WASHINGTON — The two-year budget agreement reached Oct. 26 by the White House and Congress could pave the way for passage a defense authorization bill for 2016, albeit one that provides less funding for selected space and missile defense programs than the version vetoed earlier in the month by U.S. President Barack Obama.
According to a document from the House and Senate Armed Services committees, which in September settled on the National Defense Authorization Act (NDAA) for Fiscal Year 2016, the budget deal requires Congress to trim $5 billion from military spending levels authorized in that piece of legislation, about $30 million of which would come from space and another $80 million from missile defense.
The Bipartisan Budget Act of 2015 raises the federal spending caps that had long been a bone of contention between Congress and the White House and ultimately led Obama to veto the 2016 NDAA, a policy bill that also would have granted some relief on the Russian rocket engine ban whose impact is already being felt in U.S. Air Force launch competitions. The House previously said it would attempt to override that veto, but that was before the budget agreement was reached.
Obama’s original defense spending request for the Pentagon was $612 billion, a number that exceeded the spending cap by $25 billion. The original 2016 NDAA dipped into emergency wartime funds to reach that level — thus drawing the controversial veto — but the revised version provides $607 million.
Of the space-related cuts expected by the newly revised NDAA, the biggest is aimed at the Family of Beyond Line-of-Sight Terminals, designed to send and receive strategic communications via the Air Force’s Advanced Extremely High Frequency satellites. The White House requested $79 million for the program in 2016, but Congress will now authorize $44 million — $10 million less than in the previous NDAA.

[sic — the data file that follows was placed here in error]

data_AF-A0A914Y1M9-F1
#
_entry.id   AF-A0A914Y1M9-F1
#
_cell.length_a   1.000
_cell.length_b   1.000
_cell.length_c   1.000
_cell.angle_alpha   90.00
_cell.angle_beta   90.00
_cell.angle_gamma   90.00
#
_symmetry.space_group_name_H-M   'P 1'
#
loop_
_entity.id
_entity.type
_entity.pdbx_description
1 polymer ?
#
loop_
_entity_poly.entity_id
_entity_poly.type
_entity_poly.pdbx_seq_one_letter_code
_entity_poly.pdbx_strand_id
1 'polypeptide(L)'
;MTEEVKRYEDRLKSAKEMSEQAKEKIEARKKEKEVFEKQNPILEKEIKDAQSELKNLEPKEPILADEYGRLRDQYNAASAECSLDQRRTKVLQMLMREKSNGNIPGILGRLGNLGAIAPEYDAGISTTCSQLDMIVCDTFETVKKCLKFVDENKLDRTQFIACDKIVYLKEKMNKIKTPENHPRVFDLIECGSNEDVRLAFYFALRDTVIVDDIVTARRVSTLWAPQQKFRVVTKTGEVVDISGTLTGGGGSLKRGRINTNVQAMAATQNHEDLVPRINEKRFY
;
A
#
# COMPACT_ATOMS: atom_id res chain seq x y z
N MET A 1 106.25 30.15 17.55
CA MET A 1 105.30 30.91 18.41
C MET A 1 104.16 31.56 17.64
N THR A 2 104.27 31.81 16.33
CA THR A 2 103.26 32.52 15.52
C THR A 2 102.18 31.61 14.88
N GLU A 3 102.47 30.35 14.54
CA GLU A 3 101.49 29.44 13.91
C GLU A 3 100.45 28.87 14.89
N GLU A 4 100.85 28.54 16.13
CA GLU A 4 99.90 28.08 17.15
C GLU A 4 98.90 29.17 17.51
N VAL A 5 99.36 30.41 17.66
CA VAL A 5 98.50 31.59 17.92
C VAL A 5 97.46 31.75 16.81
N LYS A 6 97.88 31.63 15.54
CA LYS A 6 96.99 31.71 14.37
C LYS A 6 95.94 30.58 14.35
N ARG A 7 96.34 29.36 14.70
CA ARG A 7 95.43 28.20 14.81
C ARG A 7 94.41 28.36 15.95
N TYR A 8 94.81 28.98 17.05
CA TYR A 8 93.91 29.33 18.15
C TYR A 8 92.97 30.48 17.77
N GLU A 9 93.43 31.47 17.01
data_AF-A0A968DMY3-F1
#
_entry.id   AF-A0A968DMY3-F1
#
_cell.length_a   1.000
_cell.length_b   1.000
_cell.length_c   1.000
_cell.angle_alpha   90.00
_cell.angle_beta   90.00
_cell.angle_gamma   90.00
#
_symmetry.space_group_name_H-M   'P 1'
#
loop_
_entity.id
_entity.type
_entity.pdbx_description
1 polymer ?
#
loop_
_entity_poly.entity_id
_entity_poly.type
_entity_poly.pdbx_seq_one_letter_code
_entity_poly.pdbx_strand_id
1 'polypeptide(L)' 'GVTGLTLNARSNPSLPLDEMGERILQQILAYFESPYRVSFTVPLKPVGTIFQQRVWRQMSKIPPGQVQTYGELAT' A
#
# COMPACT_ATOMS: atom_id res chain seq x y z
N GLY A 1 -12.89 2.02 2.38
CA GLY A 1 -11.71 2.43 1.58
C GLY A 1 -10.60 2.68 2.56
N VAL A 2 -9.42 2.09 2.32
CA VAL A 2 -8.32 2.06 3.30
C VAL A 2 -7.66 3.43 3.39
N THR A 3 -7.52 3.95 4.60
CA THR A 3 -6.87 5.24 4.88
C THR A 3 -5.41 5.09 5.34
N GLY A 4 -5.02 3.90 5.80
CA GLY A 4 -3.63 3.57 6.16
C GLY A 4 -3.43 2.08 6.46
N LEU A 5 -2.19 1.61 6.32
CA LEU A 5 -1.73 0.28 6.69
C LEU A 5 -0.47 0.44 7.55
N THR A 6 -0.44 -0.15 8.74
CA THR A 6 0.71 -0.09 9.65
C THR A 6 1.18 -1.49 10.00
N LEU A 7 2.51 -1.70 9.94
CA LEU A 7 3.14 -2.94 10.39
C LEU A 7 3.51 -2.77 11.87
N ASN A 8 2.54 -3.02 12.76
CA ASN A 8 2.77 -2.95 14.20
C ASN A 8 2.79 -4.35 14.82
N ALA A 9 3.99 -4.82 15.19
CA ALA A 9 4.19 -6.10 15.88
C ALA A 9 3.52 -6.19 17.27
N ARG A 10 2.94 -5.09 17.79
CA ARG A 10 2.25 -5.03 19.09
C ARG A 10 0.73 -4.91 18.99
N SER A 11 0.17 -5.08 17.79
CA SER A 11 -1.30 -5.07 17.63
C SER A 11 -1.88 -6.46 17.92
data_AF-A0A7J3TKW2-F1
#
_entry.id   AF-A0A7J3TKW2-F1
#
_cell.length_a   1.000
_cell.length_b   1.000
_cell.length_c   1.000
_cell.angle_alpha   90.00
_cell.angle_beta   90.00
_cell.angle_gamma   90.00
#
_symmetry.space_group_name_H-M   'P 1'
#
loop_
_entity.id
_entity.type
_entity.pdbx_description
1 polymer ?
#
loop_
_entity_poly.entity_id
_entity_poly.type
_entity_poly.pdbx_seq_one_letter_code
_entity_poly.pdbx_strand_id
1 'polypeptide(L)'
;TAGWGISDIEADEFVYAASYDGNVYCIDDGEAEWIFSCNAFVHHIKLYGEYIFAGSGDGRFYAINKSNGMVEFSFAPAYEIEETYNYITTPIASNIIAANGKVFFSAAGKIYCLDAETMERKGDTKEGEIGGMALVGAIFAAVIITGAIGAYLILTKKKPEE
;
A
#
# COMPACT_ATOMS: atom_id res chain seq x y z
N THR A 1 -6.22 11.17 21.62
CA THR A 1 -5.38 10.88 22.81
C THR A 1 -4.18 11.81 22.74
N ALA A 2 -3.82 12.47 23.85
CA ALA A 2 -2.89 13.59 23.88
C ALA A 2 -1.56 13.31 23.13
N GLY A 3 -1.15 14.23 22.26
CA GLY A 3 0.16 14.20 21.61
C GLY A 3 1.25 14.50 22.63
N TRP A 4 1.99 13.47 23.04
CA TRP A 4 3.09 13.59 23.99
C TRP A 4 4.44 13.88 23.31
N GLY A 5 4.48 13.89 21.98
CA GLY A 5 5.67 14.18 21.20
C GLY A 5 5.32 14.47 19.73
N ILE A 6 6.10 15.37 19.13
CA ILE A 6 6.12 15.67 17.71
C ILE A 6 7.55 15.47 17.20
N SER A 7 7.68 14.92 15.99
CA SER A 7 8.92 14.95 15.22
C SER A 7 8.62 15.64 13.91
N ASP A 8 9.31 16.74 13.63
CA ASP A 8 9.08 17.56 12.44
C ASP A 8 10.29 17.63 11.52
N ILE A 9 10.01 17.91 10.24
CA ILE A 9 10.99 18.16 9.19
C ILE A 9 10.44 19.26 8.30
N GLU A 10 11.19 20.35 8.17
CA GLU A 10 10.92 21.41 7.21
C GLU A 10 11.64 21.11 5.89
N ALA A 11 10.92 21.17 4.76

The revised bill also recommends just $51 million for the Air Force’s Weather Satellite Follow-on, $5 million less than the vetoed NDAA authorized. The Air Force requested $76 million for the program, which like all other federal programs is operating at its 2015 spending level under a continuing resolution that expires Dec. 11.
Hardest hit in missile defense is the Terminal High Altitude Area Defense system, which would lose $50 million in procurement funding compared with the previous version of the NDAA, which conformed to the White House request of $454 million for procurement, according to the document. The Standard Missile-3 Block 1B interceptor would get $30 million less in procurement funding compared with the NDAA-approved request of $147 million, the documents said.
Other reductions to the authorized spending include:
- $6 million less from the White House’s request of $561 million for the Advanced Extremely High Frequency program.
- $2 million less from the White House’s request of $380 million for the GPS program.
- $5.7 million less from the White House’s request of $93 million for the Navy’s Mobile User Objective System narrowband communications satellites.
- $2 million less from the White House’s request of $7.8 million for the Air Force Satellite Control Network, which is now the subject of an early outsourcing initiative.
- $5 million less from the White House’s request of $6.9 million for the Spacelift Range System, which provides command and control of Air Force rocket launches.
The exact form of the new authorization legislation, and its path to passage, are unclear, but the process is nonetheless expected to wrap up before the end of November, Hill sources said.
News of a lower-than-expected funding profile for FAB-T comes a week after the Air Force approved the start of low-rate initial production of the terminals, which enable the president and national command authority to communicate in a nuclear war environment.
Raytheon Space and Airborne Systems of McKinney, Texas, is developing FAB-T under a $298 contract modification awarded in June 2014. The Air Force on Oct. 27 approved initial production of 10 command-post terminals, four of which will be airborne.
The latest budget numbers also signal the Congress’ continuing frustration over the Air Force’s weather satellite strategy, which has yet to gel in a coherent way following the termination of a civil-military program in 2010. The Air Force has one satellite remaining in its legacy Defense Meteorological Satellite Program, but whether it gets launched is another bone of contention between the service and the White House.